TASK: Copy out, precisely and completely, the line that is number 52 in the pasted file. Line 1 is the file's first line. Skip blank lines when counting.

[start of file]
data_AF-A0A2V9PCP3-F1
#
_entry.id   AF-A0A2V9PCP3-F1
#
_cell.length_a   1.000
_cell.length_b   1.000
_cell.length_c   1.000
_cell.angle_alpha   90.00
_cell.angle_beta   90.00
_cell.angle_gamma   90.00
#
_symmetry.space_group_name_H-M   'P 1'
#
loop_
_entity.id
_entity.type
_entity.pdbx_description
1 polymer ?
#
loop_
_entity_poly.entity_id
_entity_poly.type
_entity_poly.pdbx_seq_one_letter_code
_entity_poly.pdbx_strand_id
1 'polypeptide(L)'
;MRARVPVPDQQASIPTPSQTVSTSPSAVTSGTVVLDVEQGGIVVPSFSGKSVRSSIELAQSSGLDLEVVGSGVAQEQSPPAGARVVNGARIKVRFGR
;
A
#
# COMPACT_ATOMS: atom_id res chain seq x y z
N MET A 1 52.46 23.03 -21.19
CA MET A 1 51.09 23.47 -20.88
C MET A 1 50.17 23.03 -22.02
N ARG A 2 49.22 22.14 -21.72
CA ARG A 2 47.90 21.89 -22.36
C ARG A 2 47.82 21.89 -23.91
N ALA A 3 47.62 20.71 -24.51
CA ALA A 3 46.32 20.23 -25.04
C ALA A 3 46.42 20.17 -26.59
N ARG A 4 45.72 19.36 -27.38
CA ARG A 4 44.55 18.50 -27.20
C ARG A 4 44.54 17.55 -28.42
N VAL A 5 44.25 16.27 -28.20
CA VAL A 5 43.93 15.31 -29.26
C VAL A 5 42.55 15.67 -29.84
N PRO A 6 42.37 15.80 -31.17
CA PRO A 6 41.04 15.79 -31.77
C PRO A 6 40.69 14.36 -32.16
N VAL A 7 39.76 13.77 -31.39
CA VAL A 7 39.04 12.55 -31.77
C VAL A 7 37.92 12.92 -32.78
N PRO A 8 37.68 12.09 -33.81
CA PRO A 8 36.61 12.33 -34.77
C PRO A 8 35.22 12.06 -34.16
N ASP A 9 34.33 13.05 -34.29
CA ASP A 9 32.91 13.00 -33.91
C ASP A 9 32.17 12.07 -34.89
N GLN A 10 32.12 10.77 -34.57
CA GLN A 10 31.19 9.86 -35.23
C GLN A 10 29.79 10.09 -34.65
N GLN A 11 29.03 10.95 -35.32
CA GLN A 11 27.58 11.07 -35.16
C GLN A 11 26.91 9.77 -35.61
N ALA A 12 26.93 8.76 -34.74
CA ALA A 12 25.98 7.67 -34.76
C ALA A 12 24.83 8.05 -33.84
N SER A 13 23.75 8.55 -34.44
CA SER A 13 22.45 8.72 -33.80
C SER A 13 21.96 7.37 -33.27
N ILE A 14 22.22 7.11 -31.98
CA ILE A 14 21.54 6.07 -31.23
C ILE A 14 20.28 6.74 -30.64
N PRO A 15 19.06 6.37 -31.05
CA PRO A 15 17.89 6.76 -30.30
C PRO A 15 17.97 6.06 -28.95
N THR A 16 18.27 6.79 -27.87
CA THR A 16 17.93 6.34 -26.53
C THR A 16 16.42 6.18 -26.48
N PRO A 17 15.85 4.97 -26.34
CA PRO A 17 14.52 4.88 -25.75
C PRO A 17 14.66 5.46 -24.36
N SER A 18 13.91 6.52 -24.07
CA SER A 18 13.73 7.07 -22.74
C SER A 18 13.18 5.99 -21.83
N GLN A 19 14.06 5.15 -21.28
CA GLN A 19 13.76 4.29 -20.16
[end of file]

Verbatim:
N PRO A 8 37.68 12.09 -33.81